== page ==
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Father of three had much of his life before him — then he was buried alive on the job

In World
May 14, 2024

On a summer morning in 2022, construction worker Joshua “Kerrey” Brindle climbed into a trench to help lay sewer pipes for a new neighborhood of single family homes in Albemarle.

Suddenly, the vertical walls of the eight-and-a-half-foot-deep trench collapsed, state records show. Brindle, a 30-year-old father of three, ran but could not outrace the falling dirt. He was buried alive.

Like many other fatal construction accidents in North Carolina, this tragedy was preventable.

Under OSHA rules, excavation companies are required to use devices called “trench boxes” or other methods to prevent the walls of deep trenches from caving in on workers. They are also supposed to have qualified people inspect trenches each day.

That didn’t happen on this job site in central North Carolina, state workplace safety inspectors found.

Inspectors also found that excavated material was placed directly at the trench’s upper edge, another violation of OSHA rules.

Hard Hat Deaths: Once every 10 days, a NC construction worker dies on the job. Many deaths are preventable.

The state fined the excavation contractor, Brindle Site Services, $66,708 for three serious violations and one “willful” violation, the most severe kind of penalty.

Brindle Site Services, which had done trenching work for 28 years, knew methods to protect employees inside trenches but failed to use them, state regulators concluded.

Deepening the tragedy, Brindle’s father, John Kevin Brindle, is president of Brindle Site Services, the company that had been doing the excavation work the morning Kerry died. He didn’t respond to a request for comment.

When this trench collapsed in Albemarle on July 5, 2022, Kerrey Brindle was not able to escape before he was buried alive.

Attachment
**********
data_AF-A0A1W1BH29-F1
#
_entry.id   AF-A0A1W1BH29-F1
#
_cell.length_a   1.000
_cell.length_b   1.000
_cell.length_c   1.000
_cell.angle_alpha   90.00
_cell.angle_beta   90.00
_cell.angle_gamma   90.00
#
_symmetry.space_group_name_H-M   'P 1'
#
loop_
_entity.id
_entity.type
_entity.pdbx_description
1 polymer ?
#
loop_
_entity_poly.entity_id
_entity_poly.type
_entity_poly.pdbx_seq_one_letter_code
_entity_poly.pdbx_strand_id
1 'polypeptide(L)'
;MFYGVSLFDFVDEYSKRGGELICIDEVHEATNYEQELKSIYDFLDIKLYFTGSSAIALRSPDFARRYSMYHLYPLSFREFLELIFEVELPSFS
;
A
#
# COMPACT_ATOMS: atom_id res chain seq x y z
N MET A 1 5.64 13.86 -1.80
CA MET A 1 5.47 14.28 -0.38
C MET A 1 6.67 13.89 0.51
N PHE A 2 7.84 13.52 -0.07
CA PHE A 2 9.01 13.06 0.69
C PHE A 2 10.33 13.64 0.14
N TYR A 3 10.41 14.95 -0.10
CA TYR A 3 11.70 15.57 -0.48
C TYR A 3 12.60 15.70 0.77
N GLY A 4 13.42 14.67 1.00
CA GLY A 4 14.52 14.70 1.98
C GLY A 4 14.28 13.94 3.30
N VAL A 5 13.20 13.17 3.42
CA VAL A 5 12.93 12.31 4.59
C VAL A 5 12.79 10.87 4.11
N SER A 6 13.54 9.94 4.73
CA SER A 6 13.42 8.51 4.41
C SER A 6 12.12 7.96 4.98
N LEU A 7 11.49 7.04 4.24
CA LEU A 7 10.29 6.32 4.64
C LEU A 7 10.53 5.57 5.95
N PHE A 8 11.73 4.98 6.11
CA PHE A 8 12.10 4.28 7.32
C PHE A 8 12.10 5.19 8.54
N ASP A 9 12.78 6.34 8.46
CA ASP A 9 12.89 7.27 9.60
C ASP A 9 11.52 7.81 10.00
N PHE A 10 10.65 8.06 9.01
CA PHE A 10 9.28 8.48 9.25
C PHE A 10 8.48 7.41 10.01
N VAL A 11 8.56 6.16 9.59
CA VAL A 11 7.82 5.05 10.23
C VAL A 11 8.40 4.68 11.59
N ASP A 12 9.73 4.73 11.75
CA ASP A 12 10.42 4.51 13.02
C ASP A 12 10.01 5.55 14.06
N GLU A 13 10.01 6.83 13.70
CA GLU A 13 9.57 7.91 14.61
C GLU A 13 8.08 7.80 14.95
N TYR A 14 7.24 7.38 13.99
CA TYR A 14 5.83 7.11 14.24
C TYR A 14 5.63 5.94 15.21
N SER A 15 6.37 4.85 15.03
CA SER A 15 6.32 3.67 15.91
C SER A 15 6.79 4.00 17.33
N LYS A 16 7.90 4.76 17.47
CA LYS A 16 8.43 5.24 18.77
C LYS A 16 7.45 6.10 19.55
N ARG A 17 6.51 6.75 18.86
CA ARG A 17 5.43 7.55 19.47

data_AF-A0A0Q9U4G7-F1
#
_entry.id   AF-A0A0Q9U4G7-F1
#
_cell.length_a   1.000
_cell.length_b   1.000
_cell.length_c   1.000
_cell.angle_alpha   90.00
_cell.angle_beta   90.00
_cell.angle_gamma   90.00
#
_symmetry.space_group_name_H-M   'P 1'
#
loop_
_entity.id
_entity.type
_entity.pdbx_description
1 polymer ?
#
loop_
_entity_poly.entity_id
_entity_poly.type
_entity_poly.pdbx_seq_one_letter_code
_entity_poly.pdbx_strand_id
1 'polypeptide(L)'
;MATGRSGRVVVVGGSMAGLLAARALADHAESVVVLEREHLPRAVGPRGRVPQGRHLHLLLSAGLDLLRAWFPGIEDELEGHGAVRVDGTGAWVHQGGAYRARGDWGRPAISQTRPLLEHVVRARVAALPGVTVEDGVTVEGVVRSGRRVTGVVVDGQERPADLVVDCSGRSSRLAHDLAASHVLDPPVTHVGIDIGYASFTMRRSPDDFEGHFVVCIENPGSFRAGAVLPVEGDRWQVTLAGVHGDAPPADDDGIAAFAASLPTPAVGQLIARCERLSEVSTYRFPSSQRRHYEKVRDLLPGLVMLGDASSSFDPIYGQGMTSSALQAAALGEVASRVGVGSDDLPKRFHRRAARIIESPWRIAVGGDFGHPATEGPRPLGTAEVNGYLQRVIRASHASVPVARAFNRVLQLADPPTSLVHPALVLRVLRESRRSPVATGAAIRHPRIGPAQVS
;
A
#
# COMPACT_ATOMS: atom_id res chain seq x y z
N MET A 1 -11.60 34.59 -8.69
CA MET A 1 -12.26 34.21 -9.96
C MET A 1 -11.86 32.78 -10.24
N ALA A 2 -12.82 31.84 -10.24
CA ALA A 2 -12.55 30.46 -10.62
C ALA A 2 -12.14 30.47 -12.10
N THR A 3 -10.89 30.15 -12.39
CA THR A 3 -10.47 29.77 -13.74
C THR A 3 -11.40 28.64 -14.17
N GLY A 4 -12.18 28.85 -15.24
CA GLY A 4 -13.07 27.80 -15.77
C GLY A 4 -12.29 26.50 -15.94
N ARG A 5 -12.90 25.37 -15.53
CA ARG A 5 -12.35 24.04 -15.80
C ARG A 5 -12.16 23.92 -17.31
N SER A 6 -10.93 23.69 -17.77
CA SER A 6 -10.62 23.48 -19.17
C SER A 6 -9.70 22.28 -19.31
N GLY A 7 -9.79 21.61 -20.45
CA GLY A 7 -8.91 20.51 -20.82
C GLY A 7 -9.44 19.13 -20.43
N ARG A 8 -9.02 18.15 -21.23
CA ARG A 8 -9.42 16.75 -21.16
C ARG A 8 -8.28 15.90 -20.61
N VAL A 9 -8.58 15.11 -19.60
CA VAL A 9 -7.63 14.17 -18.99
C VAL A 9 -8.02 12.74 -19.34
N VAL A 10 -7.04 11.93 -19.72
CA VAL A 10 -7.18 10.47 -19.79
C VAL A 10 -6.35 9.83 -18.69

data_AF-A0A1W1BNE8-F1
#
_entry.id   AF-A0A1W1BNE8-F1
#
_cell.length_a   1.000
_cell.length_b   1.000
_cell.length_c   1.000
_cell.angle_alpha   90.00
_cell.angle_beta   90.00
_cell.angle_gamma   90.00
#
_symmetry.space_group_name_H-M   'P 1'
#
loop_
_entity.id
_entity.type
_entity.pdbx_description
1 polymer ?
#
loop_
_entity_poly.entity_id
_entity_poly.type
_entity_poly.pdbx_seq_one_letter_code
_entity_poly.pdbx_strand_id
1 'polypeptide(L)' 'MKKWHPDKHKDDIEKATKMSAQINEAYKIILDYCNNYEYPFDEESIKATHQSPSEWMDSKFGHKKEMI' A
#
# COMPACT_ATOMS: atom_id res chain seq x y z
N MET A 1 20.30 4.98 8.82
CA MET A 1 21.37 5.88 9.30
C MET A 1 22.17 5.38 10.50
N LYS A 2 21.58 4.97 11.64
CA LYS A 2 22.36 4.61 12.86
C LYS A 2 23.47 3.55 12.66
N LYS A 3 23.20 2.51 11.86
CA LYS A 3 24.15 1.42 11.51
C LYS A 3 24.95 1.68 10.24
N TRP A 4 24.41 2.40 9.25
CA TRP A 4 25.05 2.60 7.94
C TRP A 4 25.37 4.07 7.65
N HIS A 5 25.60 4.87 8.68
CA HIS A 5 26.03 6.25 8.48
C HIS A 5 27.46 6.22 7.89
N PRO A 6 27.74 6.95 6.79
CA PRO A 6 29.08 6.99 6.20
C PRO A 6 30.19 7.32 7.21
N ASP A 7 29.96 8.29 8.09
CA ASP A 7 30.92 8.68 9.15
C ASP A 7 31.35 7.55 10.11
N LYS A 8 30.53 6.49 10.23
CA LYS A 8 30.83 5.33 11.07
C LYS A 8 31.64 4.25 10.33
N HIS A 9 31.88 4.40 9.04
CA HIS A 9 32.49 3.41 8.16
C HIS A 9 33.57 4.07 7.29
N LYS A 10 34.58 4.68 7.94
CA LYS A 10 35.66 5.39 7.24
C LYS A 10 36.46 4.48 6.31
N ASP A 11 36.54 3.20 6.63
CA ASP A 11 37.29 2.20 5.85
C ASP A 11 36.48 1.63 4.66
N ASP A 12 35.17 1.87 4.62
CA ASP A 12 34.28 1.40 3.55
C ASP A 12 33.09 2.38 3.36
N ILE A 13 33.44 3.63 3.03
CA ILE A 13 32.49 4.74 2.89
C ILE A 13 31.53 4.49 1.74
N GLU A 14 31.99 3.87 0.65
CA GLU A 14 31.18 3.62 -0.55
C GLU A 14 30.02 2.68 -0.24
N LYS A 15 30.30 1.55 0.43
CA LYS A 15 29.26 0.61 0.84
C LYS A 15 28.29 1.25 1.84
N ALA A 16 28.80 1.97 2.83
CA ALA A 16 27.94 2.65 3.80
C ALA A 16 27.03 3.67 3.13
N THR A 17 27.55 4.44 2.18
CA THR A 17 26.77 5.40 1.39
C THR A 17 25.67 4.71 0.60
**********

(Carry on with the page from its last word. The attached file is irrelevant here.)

When this trench collapsed in Albemarle on July 5, 2022, Kerrey Brindle was not able to escape before he was buried alive.

‘I was mad at God’

Brindle’s mother, Tammy Bost, also lost an older son to COVID in 2021. His death was not sudden, so she had time to reconcile herself to his passing, she said.

But when Kerrey died a year later, Bost had no time to prepare herself.

“That knocked me out like a ton of bricks,” she said. “I couldn’t accept it. I was mad at God then.”

Brindle’s daughters, who were ages 6, 5 and four-months old when he died, were the “joy of his life,” his mother said. An avid outdoorsman, Brindle loved to hunt deer and take his daughters to his father’s farm to see the horses and cows, Bost said.

“The youngest — she lost an opportunity,” Bost said. “She’s never going to get to do the horseplay and the other things her older sisters got to do with him.”

Kerrey Brindle, shown here with daughters Ryleigh and Kylynn, before his death in 2022.

Kerrey Brindle, shown here with daughters Ryleigh and Kylynn, before his death in 2022.

Brindle, who lived in the southern Cabarrus County town of Midland, was rambunctious as a teenager, his mother said. But he matured into a hard-working and deeply religious man, who read the Bible daily.

When he wasn’t working, he would often go to thrift stores to buy rusted pocket knives, damaged alarm systems and other items in need of repair. Then he’d fix them up and sell them. He loved spending time with his fiancee, friends and family members — and playing pranks on them, his mother said.

Today, Bost says she believes that workplace safety inspections are too rare — and that fines are too low — to encourage safer practices on job sites.

The state labor department conducts safety inspections in response to complaints and deaths, and as part of its routine inspection program. But North Carolina law doesn’t spell out how often each job site should be inspected, and some companies never get visits from safety officers.

But as construction has expanded in North Carolina over the past decade, workplace safety inspections have dropped sharply. Labor department officials say that’s largely because they’ve had difficulty attracting and retaining compliance officers.

State workplace safety inspectors had never previously inspected Brindle Site Services, records show.

Bost wonders whether Kerrey would be alive today if safety inspectors checked job sites more regularly and did more surprise inspections.

“When it comes to safety and construction, it’s very slack,” Bost said. “If there were checks and balances, I wonder whether all of this could have been avoided.”

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